They will use Inovio’s ASPIRE immunotherapy platform to develop the immuno-oncology combo regimens. The technology leverages the body’s natural mechanisms to generate targeted immune responses that can treat a disease while avoiding unwanted side effects.
The contribution from the Parker Institute, a consortium of leading U.S. immunologists and cancer centers, will be its immunotherapy expertise and its research network of studies on cancers with high unmet needs.
Together, the partners will design new studies that look at cancers with unmet needs and evaluate possible combination regimens for their treatment. An initial clinical trial is already under consideration to evaluate INO-5401 in combination with checkpoint inhibitors and immune modulators to treat muscle-invasive bladder cancer.
INO-5401 is an immunotherapy that encodes antigens for the WT1, hTERT, and PSMA proteins, which are found at high levels in several cancers.
Checkpoint inhibitors prevent cancer cells from hiding from cancer-eliminating immune cells. Immune modulators adjust immune response to a desired level.
“This collaboration between the Parker Institute and Inovio exemplifies the mission of the Parker Institute for Cancer Immunotherapy to unlock the promise of immunotherapy by rapidly progressing next-generation treatments into clinical trials,” Fred Ramsdell, vice president of research at the institute, said in a press release. “If this collaboration leads to better cancer patient responses to immunotherapy, this would mark an important milestone for the field.”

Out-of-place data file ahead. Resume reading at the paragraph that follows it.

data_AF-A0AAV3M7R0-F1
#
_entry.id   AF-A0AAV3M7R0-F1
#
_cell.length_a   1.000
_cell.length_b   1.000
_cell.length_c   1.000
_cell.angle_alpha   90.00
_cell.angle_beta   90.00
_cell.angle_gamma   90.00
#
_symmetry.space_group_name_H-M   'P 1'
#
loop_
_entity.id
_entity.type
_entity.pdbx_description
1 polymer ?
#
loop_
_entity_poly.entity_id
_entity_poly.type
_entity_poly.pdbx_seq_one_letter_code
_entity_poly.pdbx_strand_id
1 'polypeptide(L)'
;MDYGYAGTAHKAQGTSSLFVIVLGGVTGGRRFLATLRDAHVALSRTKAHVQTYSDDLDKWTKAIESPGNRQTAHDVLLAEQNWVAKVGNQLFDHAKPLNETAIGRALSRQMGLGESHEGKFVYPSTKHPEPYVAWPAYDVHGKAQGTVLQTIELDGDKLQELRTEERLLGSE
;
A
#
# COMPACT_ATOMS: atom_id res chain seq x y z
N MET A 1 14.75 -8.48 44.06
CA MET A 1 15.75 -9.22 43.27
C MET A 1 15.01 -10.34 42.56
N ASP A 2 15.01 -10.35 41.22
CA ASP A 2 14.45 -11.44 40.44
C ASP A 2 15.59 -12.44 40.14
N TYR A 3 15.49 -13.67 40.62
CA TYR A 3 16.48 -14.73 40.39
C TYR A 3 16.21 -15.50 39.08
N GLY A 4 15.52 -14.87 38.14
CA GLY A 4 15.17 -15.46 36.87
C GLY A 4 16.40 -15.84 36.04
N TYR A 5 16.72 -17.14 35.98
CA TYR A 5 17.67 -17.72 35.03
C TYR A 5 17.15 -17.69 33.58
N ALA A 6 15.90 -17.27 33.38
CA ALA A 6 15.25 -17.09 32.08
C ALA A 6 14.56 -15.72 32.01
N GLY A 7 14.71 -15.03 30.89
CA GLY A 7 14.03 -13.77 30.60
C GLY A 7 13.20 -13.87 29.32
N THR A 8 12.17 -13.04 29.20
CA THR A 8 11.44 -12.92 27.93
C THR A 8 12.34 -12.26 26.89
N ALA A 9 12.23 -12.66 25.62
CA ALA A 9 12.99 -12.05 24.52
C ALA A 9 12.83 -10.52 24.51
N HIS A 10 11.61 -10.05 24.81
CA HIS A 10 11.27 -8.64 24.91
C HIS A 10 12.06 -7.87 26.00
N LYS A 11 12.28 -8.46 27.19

In November 2017, Inovio launched a Phase 1b/2a clinical trial testing a triple immunotherapy combination for glioblastoma multiforme to evaluate its T-cell activating therapies INO-5401 and INO-9012 in combination with cemiplimab, a PD-1 inhibitor developed by Regeneron Pharmaceuticals.
While INO-5401 encodes for cancer proteins, INO-9012 encodes for the interleukin-12 (IL-12) protein, which triggers the activation and expansion of immune T-cells, boosting the anti-cancer immune response.
The rationale behind the study is that combining the specificity of INO-5401 with therapies that boost immune responses — like INO-9012— may lead to better treatment response and survival rates.
Earlier, in June of 2017, Inovio initiated another Phase 1/2 trial to test INO–5401 and INO–9012 in combination with the immune checkpoint inhibitor Tecentriq (atezolizumab) in advanced bladder cancer.
“We believe INO–5401 has significant potential as a cancer immunotherapeutic in combination with a checkpoint inhibitor to address the high unmet medical need for advanced bladder cancer patients and to provide meaningful benefit for checkpoint inhibitor refractory patients,” J. Joseph Kim, Inovio’s president and chief executive officer, said of INO-5401 at the time.